I recently realised I had forgotten to write up the process we went through when setting up the ventilation. When we commissioned the ventilation system we set it up for the building regulations rates which were quite high. After the house had been signed off we changed the air flow rates to Passivhaus levels. The Genvex has four ventilation levels and the speed of the supply and extract fans can be altered for each level making it relatively easy to balance the system.
To set the flow rates I used a Testo 405i anemometer fitted into a piece of flared ducting held over the supply or extract valve. The Testo 405i has a bluetooth link to a portable device running an app which stores and outputs the results. This makes the process much easier than having to write down results each time.
I created a table of room volumes along with Passivhaus air change rates and from that calculated the flow rate and hence flow velocity.
I then adjusted each of the room valves for the extract side starting with the room closest to the Genvex unit and then the next room further away until all the rooms were finished. This process was then repeated along with adjusting the fan speed until the required flow velocities were correctly set up for each room. This was then carried out for the supply side. We found that the set up procedure was very sensitive to wind speed, so we carried out the commissioning on a calm day.
It's been a week of mixed emotions, we've made good progress on site but hit our first major budget overrun.
First the good stuff, blocks got delivered on Monday. JUB will only ship them on pallets which sounds OK but in practice, but causes several problems on site. For a start we didn't have a fork lift on site and fork lifts don't tend to do well on soft ground. In the end we got in a tele-handler for which a single days hire is a significant cost. It should have been a small unit, but in the end the hire company delivered an 8 ton far too heavy and large for our site. It was so heavy it ended up damaging the new dropped kerb work done for the build.
Besides unloading the blocks, other problems with having them on pallets soon became apparent. It's a small site with limited space for storing materials we needed to store the pallets on the raft leaving room for bracing to be put in place once the walls are built. Each pallet had a manifest of the blocks loaded onto it. No cutting is required so it should just be a case of selecting the blocks and putting them in place.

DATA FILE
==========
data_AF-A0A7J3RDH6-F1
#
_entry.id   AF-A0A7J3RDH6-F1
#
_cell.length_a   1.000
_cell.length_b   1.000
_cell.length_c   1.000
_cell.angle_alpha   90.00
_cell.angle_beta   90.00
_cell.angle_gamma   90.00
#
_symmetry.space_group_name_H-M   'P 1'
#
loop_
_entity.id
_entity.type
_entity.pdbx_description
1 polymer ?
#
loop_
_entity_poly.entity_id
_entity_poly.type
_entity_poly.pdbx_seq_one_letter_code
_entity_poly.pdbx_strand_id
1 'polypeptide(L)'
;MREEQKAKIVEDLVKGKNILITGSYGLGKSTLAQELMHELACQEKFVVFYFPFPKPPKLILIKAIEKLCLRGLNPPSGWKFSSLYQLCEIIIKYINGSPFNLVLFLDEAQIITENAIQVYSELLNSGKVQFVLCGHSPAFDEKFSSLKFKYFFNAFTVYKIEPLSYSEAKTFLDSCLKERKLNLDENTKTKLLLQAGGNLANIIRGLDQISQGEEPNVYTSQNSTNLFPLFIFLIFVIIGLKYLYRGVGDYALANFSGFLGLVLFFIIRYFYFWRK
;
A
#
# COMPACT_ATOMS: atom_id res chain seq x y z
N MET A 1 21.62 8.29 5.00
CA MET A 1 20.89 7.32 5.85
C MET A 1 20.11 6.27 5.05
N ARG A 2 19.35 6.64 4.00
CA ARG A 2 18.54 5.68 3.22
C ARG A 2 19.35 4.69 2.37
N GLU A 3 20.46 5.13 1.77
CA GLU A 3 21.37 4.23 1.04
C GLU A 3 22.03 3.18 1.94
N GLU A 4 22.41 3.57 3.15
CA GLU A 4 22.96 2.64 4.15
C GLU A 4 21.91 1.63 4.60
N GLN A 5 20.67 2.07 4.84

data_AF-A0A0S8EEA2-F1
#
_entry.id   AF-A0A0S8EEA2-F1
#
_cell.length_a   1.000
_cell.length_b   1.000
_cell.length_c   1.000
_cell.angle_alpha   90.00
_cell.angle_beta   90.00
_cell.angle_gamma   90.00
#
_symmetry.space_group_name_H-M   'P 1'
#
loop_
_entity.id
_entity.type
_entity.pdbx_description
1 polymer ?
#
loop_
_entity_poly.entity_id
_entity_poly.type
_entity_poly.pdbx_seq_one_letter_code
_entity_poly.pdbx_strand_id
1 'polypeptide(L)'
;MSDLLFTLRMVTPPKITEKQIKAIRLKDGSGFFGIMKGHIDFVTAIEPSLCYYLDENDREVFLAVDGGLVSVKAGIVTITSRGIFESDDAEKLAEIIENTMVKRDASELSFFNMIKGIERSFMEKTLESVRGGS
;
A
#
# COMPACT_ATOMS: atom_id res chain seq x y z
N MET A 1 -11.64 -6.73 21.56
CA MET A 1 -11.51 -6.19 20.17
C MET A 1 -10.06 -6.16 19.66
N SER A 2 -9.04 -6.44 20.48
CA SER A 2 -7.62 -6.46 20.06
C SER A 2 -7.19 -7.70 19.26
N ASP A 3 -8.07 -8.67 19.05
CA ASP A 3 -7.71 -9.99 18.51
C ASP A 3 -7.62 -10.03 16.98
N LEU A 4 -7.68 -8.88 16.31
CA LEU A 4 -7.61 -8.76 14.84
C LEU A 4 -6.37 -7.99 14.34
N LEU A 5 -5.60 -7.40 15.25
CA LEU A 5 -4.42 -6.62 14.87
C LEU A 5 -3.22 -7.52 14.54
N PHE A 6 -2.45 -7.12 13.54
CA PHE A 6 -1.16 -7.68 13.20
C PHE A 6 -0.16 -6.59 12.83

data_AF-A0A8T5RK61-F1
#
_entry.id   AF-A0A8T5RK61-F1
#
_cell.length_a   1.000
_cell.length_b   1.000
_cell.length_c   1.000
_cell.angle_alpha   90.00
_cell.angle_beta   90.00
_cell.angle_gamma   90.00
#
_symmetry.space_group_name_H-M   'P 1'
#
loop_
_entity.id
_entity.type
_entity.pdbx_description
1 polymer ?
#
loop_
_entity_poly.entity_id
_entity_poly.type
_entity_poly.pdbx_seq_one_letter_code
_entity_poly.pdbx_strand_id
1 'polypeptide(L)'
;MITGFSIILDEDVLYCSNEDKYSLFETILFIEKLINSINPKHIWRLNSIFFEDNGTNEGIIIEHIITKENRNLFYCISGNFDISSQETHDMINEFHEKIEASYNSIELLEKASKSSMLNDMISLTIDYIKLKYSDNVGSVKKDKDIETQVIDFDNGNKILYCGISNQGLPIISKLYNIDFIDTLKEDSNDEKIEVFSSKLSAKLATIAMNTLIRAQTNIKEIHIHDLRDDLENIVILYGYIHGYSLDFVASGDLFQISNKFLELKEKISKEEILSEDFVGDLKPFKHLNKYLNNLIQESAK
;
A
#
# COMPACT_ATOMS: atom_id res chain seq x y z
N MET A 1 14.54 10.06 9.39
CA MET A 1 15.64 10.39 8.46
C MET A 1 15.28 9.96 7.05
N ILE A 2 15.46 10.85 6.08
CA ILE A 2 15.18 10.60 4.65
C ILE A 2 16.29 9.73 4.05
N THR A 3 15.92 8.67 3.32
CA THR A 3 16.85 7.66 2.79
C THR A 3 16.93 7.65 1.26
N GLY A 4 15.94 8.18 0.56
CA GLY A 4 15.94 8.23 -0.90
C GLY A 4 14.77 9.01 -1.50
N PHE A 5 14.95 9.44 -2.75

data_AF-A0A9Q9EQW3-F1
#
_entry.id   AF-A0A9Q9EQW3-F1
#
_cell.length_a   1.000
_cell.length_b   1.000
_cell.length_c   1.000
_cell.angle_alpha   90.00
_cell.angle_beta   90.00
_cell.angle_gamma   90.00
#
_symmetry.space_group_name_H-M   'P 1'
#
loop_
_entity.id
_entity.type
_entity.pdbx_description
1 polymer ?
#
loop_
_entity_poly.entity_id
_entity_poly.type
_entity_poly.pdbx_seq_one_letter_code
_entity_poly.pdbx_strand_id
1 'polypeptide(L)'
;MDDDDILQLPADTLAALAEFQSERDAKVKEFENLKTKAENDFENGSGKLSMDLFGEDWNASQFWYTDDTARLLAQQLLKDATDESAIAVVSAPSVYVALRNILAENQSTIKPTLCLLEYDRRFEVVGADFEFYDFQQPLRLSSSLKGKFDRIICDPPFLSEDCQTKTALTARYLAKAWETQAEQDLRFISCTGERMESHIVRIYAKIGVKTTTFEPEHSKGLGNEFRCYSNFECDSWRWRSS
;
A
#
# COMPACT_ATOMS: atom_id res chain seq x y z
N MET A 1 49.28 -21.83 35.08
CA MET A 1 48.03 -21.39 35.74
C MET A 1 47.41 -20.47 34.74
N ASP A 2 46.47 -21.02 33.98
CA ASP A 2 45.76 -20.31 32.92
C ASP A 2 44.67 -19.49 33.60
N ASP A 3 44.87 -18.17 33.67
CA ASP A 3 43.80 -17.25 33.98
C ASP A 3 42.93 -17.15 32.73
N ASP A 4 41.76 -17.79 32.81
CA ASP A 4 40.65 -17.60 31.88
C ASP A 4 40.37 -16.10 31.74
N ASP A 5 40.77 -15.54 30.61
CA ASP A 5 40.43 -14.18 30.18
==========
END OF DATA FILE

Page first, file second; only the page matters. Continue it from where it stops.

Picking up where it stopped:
JUB provide a nice block plan for the build giving a cross reference of block type and location.
646-2018 WALL - Assembly plan 1of2 A1.pdf
It quickly became apparent that finding the right blocks would be a challenge. There are a fair number of types, some quite small, all carry an identifier in the form nnn-tt-nnn but it's not that easy to read, so we thought it would be a good idea to use a marker to add wall position. Not such a good idea as the same block has multiple wall position numbers which further complicates finding blocks as a no 5 is in fact just the same a no 11. I've now looked at the wall assembly plans a couple of times and the logic for the labelling escapes me. It would be a lot simpler on site if each unique block type was allocated a single number for a given kit and the number was used consistently throughout the kit assembly plans. This is a first for JUB in the UK so I expect the kit process will get refined.
In any event the block assembly went very well and by Wednesday the blocks were up to the first floor and the bracing was in place. First impressions of the JUB systemare very favourable.
One other item completed was the connection and testing of the sewer pump station. The pump has to be connected with “class C” 63mm MDPE pipe which is designed to withstand the pressures associated with a pump. The pipe is referred to as flexible but it's anything but especially over short distances. The result was that making a connection required the use of an angled connector, just a single 45 degree, but we would have preferred no connections. The 63mm run is very short less than 1M and has good access from the pump meaning it can be easily rodded.